Related: TFSA vs RESP Contributions

The Great Thing about Being Thirty

This post isn’t all doom and gloom, I promise.  There are some amazing things about being in your 30’s (mind you, I only have limited experience so far of being in my 30’s but still, I speak from experience 😉 ).  For example, I absolutely know what I want in life, I know where I am headed, I know what makes me happy.  I am also very happy with my career right now and also happy with my pay cheque.  It feels great to be someone experienced in your field and to feel comfortable and happy with what you do at work.

Related: How to Get a Decent Net Worth By Age 30

Having the little extra money doesn’t hurt too.  Instead of scrimping and saving I know when it’s okay to splurge a little and enjoy myself.  I know that it’s not the end of the world if I spend a little too much on dinner because I have savings built up and am meeting my saving and investing goals.

Start Investing Now

One important money milestone when you hit your 30’s is to start developing good financial habits now if you haven’t already.  Before you know it, you will be 40 and not know where the decade went.  Save money for a rainy day, save money for early retirement because who knows if the government will be there for us in a few decades when we need them.  Save at least 10% of your gross income and increase it as you are able to.  This will allow you to develop good financial habits and be able to navigate the financial issues that will inevitably come your way (e.g. like a new roof that needs to be repaired).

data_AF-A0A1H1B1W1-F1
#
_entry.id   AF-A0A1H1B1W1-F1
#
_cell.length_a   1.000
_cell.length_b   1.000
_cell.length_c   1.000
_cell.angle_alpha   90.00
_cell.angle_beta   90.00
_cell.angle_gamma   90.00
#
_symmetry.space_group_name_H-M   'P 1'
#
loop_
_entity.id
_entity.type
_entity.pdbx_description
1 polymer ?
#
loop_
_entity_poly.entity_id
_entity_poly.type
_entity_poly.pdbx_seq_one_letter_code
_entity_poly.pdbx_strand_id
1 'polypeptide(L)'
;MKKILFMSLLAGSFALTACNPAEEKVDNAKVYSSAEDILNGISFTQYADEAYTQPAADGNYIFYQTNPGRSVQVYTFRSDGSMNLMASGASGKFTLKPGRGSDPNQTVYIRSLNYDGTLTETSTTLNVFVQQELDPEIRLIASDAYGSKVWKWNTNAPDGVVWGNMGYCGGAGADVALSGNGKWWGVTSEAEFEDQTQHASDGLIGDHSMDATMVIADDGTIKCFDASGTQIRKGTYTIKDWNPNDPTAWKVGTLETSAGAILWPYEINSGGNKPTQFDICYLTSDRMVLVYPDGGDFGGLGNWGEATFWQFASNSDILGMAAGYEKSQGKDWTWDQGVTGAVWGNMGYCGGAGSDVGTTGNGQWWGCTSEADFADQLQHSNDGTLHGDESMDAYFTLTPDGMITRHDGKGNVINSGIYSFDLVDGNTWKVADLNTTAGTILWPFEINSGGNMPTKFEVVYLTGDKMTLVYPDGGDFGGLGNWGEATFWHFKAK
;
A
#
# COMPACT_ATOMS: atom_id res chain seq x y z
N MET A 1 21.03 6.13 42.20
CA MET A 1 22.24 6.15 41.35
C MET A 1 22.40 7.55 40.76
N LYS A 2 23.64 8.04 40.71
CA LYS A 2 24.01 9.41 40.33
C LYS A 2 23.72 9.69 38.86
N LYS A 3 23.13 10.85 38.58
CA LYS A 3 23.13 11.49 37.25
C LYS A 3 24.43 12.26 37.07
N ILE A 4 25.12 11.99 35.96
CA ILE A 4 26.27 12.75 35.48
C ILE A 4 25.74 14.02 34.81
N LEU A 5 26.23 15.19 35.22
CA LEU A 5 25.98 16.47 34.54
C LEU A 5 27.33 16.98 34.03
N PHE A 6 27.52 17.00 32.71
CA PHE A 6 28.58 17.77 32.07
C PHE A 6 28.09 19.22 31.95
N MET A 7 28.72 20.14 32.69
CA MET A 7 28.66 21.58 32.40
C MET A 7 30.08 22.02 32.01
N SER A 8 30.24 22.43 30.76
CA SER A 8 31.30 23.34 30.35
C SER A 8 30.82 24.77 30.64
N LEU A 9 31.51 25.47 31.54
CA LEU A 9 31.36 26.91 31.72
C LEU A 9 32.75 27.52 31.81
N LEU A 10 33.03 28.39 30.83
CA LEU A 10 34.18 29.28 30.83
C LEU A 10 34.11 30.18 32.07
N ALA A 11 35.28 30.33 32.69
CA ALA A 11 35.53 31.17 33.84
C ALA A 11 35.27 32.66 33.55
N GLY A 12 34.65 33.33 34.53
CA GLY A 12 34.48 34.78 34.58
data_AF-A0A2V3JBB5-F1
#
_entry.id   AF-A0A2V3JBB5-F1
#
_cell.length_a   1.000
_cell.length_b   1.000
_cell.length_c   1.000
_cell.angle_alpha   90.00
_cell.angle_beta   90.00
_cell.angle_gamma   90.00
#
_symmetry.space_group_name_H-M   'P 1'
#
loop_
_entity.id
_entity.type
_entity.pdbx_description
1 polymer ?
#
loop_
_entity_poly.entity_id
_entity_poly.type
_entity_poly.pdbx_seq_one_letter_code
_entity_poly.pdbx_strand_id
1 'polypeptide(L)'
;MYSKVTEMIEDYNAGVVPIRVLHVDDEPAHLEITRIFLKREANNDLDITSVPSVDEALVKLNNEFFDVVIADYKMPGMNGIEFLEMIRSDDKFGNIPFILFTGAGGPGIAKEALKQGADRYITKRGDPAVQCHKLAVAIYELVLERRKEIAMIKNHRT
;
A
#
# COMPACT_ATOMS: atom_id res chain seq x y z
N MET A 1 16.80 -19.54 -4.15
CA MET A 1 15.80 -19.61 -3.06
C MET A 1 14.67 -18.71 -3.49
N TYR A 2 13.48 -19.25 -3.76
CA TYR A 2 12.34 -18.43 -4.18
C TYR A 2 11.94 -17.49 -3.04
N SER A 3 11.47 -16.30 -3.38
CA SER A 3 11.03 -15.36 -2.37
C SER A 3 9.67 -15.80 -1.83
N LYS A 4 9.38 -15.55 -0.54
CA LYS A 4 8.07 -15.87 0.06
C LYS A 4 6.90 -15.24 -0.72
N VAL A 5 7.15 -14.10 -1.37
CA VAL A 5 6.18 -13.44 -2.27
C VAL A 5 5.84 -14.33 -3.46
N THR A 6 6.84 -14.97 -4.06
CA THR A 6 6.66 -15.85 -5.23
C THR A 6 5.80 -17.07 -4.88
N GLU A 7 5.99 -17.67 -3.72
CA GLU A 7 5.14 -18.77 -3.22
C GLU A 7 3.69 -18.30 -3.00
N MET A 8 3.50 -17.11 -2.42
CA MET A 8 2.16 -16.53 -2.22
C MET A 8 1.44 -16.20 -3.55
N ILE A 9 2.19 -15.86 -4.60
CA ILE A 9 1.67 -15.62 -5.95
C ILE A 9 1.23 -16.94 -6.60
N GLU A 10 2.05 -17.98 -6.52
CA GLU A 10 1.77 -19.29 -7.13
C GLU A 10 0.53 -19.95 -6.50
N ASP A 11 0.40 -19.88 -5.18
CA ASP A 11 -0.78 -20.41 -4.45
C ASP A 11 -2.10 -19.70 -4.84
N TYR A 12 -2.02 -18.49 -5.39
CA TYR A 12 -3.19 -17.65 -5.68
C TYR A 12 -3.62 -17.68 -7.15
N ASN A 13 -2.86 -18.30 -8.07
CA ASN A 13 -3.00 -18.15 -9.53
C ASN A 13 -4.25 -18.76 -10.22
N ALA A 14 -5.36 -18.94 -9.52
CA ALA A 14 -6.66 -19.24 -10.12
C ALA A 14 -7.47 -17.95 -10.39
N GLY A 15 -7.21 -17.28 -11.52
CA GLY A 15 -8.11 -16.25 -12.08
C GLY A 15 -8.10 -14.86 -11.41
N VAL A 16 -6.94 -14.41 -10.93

Wise mid-to-late 30-somethings and older, do you have any other financial tips you want to impart to your friends?

Article comments

KT says:

I enjoyed this post! I see a lot of Gen Y’s (and Gen Xs) not ready to settle down…or they do it very slowly. Like dating the same person or many people throughout their 20’s, getting married in their 30’s, then maybe buying a condo (or continuing to rent if they can’t afford), and thinking about having kids but not sure where that all fits in between all the traveling and weekend social life.

As someone in her 30s who has a 2 year old and another on the way, I believe humans were likely meant to have babies in their 20’s. The amount of energy it takes to keep up with a non-stop mini person can be overwhelming at times and not all of us have family that can or want to help out. Earlier on, sleep deprivation is a real thing and you and your partner will have manage. The hard work will pay off though as you watch your kids grow and develop!